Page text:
Smaller and nimble allocation and expense management platforms versus the giant ERP players
Fund accountants within hedge funds and private equity, and emerging managers all have the same headaches and pain points when it comes to finding affordable solutions for allocations, apportionment and expense management needs. Throughout this article, we’ll be exploring the differences between smaller and nimble platforms (Davids) and the giant ERP players (Goliaths). Hint: the biggest platforms are not always the best…
Looking at the larger ERP players such as Concur, SAP and Oracle, these are designed to deal with larger corporations and the approach is an “enterprise” offering, which also makes licensing costs more expensive.
Other observations around these providers are they remain fairly inflexible when it comes to offering clients a choice of configuration and customization, the latter being prohibitively expensive to the client.
Integration options are also limited and any actual development work, such as an API or SFTP connectivity with the clients’ existing IT infrastructures, remains uneconomical to the client.
These enterprise expense management platforms are not ideally designed to serve how fund accounting managers need to allocate and apportion expense to funds, fund of funds and numerous legal entities.
Some may claim to offer this functionality, but in reality, it’s a “one size fits all” approach, to what is in most cases, a highly complex and ever changing landscape. The ability to add and manage entities, funds and sub-funds is cumbersome and not intuitive for the user.
The main issue with a number of these enterprise platforms is that they were not designed to fit the purpose of allocation, apportionment and expense management for fund managers. These functions and features are being retrofitted, to a greater or lesser degree of success, as measured by the user experience.
In order to better serve the emerging, smaller or mid-size funds, say from $250m up to $25BN AUM, there are a plethora of applications out there attempting to serve this growing market.
There are few solutions provider out there, however, that have attacked the problem from the perspective of digital transformation to the operating model and ensuring licensing costs are kept relatively low.
These applications take account of existing IT infrastructures (i.e. don’t throw the baby out with the bathwater — or require wholesale and structural changes to what exists today) and integrate via API or SFTP seamlessly.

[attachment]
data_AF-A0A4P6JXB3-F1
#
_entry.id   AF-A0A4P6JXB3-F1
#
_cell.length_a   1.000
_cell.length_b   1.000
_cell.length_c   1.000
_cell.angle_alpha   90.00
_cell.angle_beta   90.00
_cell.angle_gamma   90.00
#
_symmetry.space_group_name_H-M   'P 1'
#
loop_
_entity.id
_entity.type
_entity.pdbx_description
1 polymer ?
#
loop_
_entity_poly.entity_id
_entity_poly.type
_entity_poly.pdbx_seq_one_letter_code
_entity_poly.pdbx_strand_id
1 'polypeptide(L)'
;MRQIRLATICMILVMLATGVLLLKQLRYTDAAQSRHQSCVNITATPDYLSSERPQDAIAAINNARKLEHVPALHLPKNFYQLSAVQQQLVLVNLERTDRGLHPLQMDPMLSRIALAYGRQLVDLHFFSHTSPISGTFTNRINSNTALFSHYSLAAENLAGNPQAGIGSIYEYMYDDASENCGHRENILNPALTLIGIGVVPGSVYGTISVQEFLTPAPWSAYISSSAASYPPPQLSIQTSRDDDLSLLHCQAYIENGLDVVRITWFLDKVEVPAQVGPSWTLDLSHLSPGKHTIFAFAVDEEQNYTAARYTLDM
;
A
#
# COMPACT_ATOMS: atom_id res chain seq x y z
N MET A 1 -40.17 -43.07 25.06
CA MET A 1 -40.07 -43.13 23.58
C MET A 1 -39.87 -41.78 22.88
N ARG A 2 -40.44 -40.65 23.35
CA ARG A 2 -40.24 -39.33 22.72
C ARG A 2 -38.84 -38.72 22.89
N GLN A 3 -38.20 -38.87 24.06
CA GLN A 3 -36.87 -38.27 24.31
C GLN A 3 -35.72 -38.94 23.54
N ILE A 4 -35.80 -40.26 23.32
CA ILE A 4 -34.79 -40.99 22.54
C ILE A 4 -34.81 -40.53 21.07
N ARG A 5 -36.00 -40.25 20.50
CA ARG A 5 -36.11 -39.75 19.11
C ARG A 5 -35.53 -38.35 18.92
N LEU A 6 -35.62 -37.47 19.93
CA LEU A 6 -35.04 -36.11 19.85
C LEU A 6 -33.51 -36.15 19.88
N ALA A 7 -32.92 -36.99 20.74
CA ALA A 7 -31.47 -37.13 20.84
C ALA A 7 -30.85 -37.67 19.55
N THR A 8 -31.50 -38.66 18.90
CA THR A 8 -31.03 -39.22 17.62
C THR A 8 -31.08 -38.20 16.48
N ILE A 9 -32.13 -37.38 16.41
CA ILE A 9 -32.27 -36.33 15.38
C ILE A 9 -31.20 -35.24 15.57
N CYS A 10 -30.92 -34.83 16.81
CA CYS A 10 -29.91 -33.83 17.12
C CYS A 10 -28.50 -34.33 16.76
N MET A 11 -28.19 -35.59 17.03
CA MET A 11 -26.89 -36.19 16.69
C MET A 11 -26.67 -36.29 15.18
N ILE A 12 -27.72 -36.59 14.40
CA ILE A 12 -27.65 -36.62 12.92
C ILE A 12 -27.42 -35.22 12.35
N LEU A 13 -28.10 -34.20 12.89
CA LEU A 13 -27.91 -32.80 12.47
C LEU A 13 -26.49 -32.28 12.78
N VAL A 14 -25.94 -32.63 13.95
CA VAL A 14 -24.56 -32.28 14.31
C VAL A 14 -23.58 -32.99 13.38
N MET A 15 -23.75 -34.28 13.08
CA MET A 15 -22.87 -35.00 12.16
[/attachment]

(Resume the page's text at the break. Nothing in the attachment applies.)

Their main benefits are a flexible, modular approach to expense management, along with a reduction in email traffic, approvals and authorities workflows. They also maintain a visible audit trail and ensure all users are engaged “in app”.
By providing a more inclusive in-app user experience, these applications enable for a more rapid digital transformation of the operating model, thus. reducing overheads and the expensive use of full time employees in managing this process.
The reliance on spreadsheets for the retrospective allocation and apportion expenses to funds and entities adds risk to the business, as errors are more prone to be introduced with keyboard data entry (e.g. typing in a vendor invoice that was emailed in as a PDF attachment) or in acquiring management approvals and authorities for invoices via an email trail, which has its implications in degrading the audit trail.
In-app functionality for accepting electronic invoices from all vendors/suppliers directly, plus an ability to logically and seamlessly break out expenses against the fund and entity structures involved, along with credentialed user sign off, within a workflow driven application, means that its possible to achieve excellent results and reduce emails, attachments and any re-keying of expense data.
By tying these more “nimble” apps for expense management, allocation and apportionments into accounts payable systems, means that payments processing is also streamlined.
These dedicated and focused applications provide more flexibility of implementation, greater transparency on workflow and any bottle necks, plus more accurate allocating capabilities. All this mitigates the risk of regulator fines.
On balance, allocation, apportionment and expense management applications that fall under the “David” banner, make a better choice for clients looking at means and ways to no longer rely on cumbersome spreadsheets and human, manual efforts to deal with the complex tasks involved and remain compliant.
David Wins. Take a look at Resolvr if you’re interested in learning more about a good example of a “David” expense management and allocation software.
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